Whether the sky be clear or cloudy, it always seems to us to have the shape of an elliptic arch; far from having the form of a circular arch, it always seems flattened and depressed above our heads, and gradually to become farther removed toward the horizon. Our ancestors imagined that this blue vault was really what the eye would lead them to believe it to be; but, as Voltaire remarks, this is about as reasonable as if a silk-worm took his web for the limits of the universe.

The Greek astronomers represented it as formed of a solid crystal substance; and so recently as Copernicus, a large number of astronomers thought it was as solid as plate-glass. The Latin poets placed the divinities of Olympus and the stately mythological court upon this vault, above the planets and the fixed stars. Previous to the knowledge that the earth was moving in space, and that space is everywhere, theologians had installed the Trinity in the empyrean, the glorified body of Jesus, that of the Virgin Mary, the angelic hierarchy, the saints, and all the heavenly host….

A naïve missionary of the Middle Ages even tells us that, in one of his voyages in search of the terrestrial paradise, he reached the horizon where the earth and the heavens met, and that he discovered a certain point where they were not joined together, and where, by stooping his shoulders, he passed under the roof of the heavens…

Flammarion, Camille (1873). The Atmosphere. New York. p. 103.

David Horvitz is an artist born in California. This is his first solo exhibition at the gallery.

The book “Watercolors,” a collaboration between Natalie Häusler and David Horvitz will be launched at Motto at the same time as the opening. The book is a selection of watercolors emailed between the two artists over the past two years.

On the outside wall of the gallery David Horvitz will be presenting “Proposals,” where he will allow his friends to post art and exhibition proposals. These proposals will also be sent out on an email list during the exhibition. To receive these announcements write to lilly@chertluedde.com with the subject “subscribe to proposals.”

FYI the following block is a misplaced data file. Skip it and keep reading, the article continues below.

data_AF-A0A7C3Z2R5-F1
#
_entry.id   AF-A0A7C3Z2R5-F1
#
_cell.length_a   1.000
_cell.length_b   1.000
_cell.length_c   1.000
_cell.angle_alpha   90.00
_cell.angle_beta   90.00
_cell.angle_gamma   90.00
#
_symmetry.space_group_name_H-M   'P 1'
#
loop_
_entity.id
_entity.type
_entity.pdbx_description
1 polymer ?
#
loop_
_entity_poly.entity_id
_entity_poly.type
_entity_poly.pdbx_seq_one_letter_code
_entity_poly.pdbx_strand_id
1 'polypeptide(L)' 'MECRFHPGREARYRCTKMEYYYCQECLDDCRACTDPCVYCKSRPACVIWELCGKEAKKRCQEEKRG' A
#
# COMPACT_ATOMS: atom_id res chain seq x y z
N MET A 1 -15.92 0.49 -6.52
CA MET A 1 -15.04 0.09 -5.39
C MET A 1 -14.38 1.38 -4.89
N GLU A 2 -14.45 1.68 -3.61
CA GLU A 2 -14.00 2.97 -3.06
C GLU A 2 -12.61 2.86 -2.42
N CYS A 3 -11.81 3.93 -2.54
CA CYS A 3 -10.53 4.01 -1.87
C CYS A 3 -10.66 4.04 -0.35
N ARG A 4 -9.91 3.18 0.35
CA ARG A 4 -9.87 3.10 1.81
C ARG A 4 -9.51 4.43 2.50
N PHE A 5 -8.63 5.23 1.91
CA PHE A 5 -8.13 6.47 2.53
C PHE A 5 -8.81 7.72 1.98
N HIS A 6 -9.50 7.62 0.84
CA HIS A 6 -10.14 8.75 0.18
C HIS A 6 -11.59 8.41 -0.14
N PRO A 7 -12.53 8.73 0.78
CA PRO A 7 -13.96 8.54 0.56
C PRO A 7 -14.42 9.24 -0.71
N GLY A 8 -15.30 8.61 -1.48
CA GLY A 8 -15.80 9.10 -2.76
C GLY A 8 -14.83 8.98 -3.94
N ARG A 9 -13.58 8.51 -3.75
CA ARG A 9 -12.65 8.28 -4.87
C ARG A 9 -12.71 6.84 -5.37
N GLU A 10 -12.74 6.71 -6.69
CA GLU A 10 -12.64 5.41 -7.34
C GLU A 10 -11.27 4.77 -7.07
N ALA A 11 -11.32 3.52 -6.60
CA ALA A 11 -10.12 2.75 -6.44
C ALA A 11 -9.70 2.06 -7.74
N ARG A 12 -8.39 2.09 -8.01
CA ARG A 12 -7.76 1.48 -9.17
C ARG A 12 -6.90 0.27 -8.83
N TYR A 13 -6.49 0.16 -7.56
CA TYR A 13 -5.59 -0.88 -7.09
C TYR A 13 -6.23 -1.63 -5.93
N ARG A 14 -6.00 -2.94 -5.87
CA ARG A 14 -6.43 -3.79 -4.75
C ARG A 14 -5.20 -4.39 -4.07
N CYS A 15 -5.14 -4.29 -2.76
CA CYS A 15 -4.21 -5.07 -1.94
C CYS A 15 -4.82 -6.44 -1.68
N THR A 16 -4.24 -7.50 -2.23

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‘Twelve walks across a horizon in Berlin’, 2013. Slide projection in loop, 43 slides. Text printed on A4 paper, free take-away. Dimensions variable
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‘Twelve walks across a horizon in Berlin’, 2013. Slide projection in loop, 43 slides. Text printed on A4 paper, free take-away. Dimensions variable
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‘Twelve walks across a horizon in Berlin’, 2013. Slide projection in loop, 43 slides. Text printed on A4 paper, free take-away. Dimensions variable
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‘Twelve walks across a horizon in Berlin’, 2013. Slide projection in loop, 43 slides. Text printed on A4 paper, free take-away. Dimensions variable
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Installation view
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‘Untitled’ (watercolors), 2010 – 2012. Watercolors on paper, diptych. David Horvitz: 29.5 x 21 cm. Natalie Häusler: 29.5 x 21 cm
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Installation view
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Installation view
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Installation view
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Installation view
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‘Untitled’ (projection and text), 2013. Slide projection, text on paper, format A3. Text printed on A4 paper, free take-away.
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‘Untitled’ (projection and text), 2013. Slide projection, text on paper, format A3. Text printed on A4 paper, free take-away
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Installation view
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Installation view

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